BACK TO THE FUTURE
THERE IS something special brewing at Marist Albion.
You can feel it in the air; you can sense it when you speak to the fine folk who toil away on the field and behind the scenes at this Christchurch rugby fraternity. The future looks very promising.
Marist Albion’s new abode, the Papanui Bowls Club, which is a skip pass from Edgar MacIntosh Park (its games, however, are still played at South Hagley Park), was full of life when Yours Truly swung by for a visit two days before the second All Blacks v Ireland test.
It’s not surprising, really – it just so happens to be the day of the annual sponsors’ luncheon.
A who’s who of current and former club members were there to mix and mingle. New Zealand Rugby Union chairman Mike Eagle, Earthquake Recovery minister Gerry Brownlee and Crusaders manager and ex-Canterbury rep Angus Gardiner are among them. It should also be noted that All Blacks coaches Steve Hansen and Aussie McLean and new Canterbury coach Tabai Matson are also proud Marist men and probably would have been there had they not had other commitments.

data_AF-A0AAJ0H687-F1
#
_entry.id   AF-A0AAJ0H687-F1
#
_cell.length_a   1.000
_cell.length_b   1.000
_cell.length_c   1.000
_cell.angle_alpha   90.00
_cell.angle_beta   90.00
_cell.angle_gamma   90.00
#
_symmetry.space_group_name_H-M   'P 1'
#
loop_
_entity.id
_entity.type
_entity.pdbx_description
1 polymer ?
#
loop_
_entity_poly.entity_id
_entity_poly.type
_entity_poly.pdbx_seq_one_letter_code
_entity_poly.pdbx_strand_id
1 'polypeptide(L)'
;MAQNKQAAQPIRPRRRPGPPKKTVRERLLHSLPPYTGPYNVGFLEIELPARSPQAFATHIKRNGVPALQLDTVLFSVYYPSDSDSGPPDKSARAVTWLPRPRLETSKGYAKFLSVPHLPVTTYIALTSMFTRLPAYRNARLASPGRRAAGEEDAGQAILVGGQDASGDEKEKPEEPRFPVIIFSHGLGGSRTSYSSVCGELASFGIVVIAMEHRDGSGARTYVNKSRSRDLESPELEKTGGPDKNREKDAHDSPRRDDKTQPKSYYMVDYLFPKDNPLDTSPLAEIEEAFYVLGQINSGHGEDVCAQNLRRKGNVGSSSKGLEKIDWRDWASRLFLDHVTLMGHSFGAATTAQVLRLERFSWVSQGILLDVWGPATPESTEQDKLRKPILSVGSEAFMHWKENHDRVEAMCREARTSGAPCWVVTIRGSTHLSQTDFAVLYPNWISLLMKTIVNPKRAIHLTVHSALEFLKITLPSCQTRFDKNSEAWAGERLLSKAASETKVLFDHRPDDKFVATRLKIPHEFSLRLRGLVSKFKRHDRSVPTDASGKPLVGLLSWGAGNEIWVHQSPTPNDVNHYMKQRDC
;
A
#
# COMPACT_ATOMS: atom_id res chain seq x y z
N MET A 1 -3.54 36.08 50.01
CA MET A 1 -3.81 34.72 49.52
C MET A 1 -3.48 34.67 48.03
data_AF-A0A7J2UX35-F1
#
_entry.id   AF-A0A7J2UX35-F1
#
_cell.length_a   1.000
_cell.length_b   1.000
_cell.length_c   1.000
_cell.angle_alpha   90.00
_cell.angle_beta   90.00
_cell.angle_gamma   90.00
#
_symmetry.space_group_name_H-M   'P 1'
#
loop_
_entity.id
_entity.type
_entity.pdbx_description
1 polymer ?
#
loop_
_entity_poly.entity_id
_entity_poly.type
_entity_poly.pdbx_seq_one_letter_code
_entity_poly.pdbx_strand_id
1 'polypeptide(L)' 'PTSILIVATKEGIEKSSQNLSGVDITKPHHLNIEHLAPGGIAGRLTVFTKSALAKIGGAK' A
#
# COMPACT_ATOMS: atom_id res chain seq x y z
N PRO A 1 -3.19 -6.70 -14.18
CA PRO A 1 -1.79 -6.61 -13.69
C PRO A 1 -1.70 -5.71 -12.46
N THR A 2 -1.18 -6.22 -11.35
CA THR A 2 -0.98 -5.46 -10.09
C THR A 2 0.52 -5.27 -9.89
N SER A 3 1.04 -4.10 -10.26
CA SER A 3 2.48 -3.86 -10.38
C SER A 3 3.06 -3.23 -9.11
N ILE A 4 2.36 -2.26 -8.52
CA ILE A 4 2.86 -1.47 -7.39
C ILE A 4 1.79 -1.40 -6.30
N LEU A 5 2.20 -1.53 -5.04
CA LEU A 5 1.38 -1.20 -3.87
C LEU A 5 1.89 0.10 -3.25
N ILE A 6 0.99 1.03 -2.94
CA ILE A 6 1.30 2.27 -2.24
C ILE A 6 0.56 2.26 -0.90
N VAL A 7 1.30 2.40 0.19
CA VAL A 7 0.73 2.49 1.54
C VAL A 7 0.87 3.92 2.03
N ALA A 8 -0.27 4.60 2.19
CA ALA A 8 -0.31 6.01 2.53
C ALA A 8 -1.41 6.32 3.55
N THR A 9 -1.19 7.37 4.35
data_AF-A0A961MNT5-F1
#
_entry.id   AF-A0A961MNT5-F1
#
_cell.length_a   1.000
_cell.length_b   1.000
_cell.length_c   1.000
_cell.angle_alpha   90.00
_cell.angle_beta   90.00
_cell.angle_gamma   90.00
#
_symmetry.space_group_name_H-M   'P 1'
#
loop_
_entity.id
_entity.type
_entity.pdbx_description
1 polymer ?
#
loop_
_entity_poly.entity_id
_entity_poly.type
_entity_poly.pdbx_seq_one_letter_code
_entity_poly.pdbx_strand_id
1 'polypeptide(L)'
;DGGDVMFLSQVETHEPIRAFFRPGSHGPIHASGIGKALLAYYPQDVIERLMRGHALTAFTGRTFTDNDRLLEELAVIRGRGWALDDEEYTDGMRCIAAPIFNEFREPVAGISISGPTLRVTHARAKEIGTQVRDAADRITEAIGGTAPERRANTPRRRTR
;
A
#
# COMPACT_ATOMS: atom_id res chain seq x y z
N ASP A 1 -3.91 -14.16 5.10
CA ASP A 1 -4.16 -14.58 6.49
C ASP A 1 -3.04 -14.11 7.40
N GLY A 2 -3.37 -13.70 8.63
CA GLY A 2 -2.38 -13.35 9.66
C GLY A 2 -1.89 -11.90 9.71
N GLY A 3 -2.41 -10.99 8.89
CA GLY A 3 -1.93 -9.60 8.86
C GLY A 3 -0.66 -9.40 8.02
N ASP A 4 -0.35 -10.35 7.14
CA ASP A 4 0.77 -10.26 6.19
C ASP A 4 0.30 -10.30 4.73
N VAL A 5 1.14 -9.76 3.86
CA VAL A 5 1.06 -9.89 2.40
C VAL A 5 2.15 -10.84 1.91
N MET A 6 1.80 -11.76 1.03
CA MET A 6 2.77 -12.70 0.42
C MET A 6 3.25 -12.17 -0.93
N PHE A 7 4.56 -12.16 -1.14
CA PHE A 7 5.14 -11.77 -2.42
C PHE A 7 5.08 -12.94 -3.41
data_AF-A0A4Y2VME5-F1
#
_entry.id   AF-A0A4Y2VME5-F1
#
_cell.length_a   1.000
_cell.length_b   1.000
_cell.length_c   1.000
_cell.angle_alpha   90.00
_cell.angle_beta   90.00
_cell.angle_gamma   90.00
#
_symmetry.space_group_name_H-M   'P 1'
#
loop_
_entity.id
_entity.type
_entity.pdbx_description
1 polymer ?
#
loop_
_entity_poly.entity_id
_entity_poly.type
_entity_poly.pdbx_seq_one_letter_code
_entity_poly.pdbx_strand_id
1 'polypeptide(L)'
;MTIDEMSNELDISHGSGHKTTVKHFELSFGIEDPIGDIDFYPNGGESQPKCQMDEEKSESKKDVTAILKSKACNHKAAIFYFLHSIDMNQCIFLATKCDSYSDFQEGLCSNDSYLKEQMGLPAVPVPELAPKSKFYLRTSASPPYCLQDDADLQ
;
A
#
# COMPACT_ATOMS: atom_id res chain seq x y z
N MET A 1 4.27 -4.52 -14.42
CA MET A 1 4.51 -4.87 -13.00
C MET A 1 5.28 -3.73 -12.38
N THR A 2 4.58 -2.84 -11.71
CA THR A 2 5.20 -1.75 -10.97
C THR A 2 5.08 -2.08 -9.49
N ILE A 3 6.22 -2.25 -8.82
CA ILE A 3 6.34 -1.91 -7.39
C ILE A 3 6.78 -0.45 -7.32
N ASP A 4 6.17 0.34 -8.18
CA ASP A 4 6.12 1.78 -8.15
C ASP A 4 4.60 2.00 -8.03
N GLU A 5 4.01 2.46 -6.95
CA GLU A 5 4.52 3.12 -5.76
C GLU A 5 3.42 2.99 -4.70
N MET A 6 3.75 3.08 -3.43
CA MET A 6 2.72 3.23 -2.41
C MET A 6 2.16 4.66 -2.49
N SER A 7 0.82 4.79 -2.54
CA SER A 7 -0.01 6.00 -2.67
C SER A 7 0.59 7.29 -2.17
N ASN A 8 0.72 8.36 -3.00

I’m treated during my time here like I have been part of the landscape since day one. I’m told to help myself to the scrumptious morsels of food on offer via the buffet, and am quickly made to feel welcome by those at the table I am placed at.
The success of the luncheon is a reflection of the good spot that Marist Albion is currently occupying at this stage of its 16-year existence.
Once the festivities are over, I sit down with club captain John Lynch and club legend and life member Maurice Scanlon to ascertain what the secret to its success has been.